Part four of a five-part excerpt taken from To the Brink, the concluding volume of my circumnavigation trilogy, published August of this year. Read part one, two, and three.
It was time to come clean about my intent to cross the border illegally. I explained about the expedition, and my plan to kayak Lake Nasser at night. At the end of the confession, I motioned to the map case on the major’s desk, and said, “Can I show you something?”
I pulled out a laminated letter and offered it to him. Glancing at the letterhead, Major Hassan grunted, “Ah, the UNESCO.” Written in 1994 by the then Director General, Frederico Mayor, the letter appealed for people, organizations, and governments to assist the expedition on its way around the world. This was my ace in the hole, the ultimate Get Out of Jail Free card. UNESCO had been instrumental in saving two temples built in thirteenth century BCE by Ramses II, relocating them stone by stone to Abu Simbel, before the Nile was flooded to form Lake Nasser.
“But dis name.” The major pointed to the first paragraph. “Pe-dal-for-the-Pla-net. Is not the name you say.”
This was true. I’d given name Expedition 360. “But I can explain,” I pleaded. “You see, we changed the name of the expedition in 1999—”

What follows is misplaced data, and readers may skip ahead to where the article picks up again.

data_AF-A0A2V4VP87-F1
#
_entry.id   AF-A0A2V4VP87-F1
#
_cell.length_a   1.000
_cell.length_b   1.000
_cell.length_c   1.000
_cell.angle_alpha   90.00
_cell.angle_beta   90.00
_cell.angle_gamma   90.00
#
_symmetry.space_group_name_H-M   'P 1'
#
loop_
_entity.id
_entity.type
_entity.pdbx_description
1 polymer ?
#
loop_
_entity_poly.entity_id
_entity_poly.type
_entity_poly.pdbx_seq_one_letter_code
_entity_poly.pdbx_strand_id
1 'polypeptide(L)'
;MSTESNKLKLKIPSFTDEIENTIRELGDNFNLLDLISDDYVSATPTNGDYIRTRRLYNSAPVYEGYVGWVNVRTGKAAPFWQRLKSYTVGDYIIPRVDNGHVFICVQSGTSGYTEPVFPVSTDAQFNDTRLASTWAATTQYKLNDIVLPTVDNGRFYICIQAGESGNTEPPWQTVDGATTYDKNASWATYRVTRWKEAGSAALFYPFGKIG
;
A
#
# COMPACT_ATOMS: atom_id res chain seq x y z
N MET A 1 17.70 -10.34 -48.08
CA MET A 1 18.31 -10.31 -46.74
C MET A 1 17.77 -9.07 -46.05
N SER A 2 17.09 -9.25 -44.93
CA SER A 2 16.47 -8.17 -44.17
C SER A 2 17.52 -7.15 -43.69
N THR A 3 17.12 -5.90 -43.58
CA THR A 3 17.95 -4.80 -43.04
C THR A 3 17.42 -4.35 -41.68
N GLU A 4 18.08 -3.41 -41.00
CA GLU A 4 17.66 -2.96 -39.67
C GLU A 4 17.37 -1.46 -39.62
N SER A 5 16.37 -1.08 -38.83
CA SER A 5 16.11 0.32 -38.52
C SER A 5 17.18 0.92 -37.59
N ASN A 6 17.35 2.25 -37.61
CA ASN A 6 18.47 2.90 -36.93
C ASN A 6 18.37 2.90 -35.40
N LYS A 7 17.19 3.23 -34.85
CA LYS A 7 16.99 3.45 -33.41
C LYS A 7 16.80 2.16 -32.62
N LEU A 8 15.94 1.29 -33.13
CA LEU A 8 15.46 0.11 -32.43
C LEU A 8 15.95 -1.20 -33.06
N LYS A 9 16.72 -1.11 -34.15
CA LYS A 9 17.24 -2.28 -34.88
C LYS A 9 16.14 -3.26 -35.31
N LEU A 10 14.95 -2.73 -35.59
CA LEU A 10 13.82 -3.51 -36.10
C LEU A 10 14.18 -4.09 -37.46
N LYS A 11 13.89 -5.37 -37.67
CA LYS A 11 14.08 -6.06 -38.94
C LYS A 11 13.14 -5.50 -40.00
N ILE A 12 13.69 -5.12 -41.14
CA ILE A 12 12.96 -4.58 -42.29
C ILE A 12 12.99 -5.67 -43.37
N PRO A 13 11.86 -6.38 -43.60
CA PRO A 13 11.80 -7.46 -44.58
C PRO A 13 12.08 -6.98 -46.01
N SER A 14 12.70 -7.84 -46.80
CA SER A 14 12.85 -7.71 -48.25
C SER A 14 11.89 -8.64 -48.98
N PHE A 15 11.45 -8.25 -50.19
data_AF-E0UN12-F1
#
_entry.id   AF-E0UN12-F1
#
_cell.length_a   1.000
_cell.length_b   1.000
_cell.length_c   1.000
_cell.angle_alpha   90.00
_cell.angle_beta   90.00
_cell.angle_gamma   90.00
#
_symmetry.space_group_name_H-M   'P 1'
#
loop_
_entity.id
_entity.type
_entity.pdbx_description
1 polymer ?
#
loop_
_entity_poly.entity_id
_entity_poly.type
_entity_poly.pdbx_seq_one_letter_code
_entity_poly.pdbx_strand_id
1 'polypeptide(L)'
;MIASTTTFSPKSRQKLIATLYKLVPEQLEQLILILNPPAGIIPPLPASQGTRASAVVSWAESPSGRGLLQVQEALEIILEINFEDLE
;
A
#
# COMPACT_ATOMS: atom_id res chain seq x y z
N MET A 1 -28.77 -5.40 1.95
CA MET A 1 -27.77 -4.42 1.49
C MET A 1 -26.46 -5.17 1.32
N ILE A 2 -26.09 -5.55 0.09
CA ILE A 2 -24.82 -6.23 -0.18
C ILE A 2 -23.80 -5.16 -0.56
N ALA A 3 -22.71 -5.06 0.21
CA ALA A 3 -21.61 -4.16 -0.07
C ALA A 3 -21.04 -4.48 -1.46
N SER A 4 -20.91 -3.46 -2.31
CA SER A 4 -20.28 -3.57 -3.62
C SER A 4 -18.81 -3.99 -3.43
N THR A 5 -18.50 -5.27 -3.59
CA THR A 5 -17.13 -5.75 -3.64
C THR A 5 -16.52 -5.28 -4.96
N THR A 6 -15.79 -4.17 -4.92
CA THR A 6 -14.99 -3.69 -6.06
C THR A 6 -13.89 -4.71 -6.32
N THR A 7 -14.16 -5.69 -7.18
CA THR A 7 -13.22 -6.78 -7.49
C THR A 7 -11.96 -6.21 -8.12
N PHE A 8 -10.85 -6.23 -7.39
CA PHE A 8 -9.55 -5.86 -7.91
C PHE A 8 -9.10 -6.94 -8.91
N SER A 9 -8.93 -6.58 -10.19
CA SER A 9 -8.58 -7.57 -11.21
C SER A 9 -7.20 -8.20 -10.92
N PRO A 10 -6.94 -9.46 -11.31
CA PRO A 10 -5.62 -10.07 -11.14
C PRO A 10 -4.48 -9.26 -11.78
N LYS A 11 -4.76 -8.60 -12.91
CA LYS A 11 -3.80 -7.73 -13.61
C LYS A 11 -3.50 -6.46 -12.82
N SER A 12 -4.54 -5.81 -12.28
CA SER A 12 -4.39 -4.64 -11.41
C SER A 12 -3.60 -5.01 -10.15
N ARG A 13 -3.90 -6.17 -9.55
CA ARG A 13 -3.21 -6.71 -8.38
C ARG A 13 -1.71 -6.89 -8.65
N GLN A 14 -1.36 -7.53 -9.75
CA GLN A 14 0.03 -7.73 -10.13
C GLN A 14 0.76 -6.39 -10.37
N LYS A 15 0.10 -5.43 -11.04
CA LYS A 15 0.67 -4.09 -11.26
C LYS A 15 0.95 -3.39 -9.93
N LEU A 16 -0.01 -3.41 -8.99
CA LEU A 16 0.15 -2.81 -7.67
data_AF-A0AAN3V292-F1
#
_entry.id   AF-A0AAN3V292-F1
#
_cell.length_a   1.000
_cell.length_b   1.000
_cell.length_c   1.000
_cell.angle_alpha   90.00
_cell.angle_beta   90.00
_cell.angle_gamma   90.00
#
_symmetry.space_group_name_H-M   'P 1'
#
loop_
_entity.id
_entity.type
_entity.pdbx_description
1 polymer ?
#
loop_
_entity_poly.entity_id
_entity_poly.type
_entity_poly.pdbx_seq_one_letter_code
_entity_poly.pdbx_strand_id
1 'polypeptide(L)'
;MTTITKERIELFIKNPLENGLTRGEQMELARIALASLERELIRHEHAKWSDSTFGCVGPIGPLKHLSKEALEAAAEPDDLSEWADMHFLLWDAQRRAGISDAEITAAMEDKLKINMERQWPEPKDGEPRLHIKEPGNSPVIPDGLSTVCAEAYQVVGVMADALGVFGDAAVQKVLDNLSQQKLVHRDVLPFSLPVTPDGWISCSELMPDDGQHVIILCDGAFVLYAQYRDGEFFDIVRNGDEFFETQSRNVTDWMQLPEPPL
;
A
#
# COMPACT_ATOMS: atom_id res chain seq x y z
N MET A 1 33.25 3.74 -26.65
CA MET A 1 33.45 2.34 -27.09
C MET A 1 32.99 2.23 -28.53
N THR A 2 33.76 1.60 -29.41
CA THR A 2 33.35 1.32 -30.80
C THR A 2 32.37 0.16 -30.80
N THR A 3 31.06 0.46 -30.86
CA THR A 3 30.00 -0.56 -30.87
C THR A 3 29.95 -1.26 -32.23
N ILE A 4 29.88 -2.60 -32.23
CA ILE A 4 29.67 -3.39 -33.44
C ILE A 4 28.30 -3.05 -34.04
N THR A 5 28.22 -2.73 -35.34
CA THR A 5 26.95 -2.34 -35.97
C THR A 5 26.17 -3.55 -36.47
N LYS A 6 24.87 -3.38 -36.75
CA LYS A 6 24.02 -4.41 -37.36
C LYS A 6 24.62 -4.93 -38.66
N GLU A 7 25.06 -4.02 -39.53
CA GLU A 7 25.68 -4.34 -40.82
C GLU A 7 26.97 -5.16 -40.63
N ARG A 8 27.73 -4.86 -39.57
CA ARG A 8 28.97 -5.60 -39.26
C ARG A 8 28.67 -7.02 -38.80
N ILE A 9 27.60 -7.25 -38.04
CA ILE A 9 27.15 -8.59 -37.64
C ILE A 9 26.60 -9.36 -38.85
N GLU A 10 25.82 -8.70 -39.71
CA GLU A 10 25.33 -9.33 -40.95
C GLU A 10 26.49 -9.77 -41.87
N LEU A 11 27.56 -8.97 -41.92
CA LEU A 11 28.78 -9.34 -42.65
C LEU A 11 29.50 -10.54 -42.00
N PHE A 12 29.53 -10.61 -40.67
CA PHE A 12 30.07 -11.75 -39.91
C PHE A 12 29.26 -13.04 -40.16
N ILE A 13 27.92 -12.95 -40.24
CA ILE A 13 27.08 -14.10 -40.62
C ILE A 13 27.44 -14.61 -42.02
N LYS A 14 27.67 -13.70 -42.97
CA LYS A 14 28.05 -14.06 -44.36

But the major wasn’t listening. He was back to yelling at his phones. Continue reading
Part two of a five-part excerpt taken from To the Brink, the concluding volume of my circumnavigation trilogy, published August of this year. Click here for part one.
Major Hassan shook his head in disbelief. This idiot tourist had somehow strayed across the border, the border it was his job to prevent anyone from going anywhere near. He hammered on his keyboard and read from the screen, “How did you cross the border?”
“No one stopped me.” I replied truthfully, although I chose not to mention that I’d paddled at night. “But I am still confused”—I reached forward and showed him my map—“exactly where the border is.” Continue reading
The following is an account of my arrest and subsequent interrogation by Egyptian security forces after paddling a kayak illegally across Lake Nasser from Sudan in 2007. It is the first of a five-part excerpt taken from To the Brink, the concluding volume of my circumnavigation trilogy, published August of this year.
The second of a three-part excerpt (read part one here) from To the Brink, published early 2015, in which the Expedition 360 team encounter sea snakes and black magic on a remote island off the north coast of Flores, Indonesia:
A third snake suddenly appeared. I grabbed the video camera and began filming. “What is going on?” I said. Snakes gave me the same heebie-jeebies as spiders. “Why all these snakes?”
It didn’t make sense. At the first sight of a human, virtually every wild animal I’d ever come across had turned tail and scarpered, millennia of extermination rendering them wary of engaging Homo sapiens. So why were these snakes taking such an interest in us?
In August of 2005, April and I found ourselves camping on an idyllic islet off the north coast of Flores, Indonesia, during a 7-month kayaking expedition from East Timor to Singapore. An experience that first night on the island left us badly shaken, and our skepticism of black magic and blind acceptance of Western scientific thought both in doubt. This is the first of a three-part excerpt from my upcoming book, To the Brink (published April 1, 2015).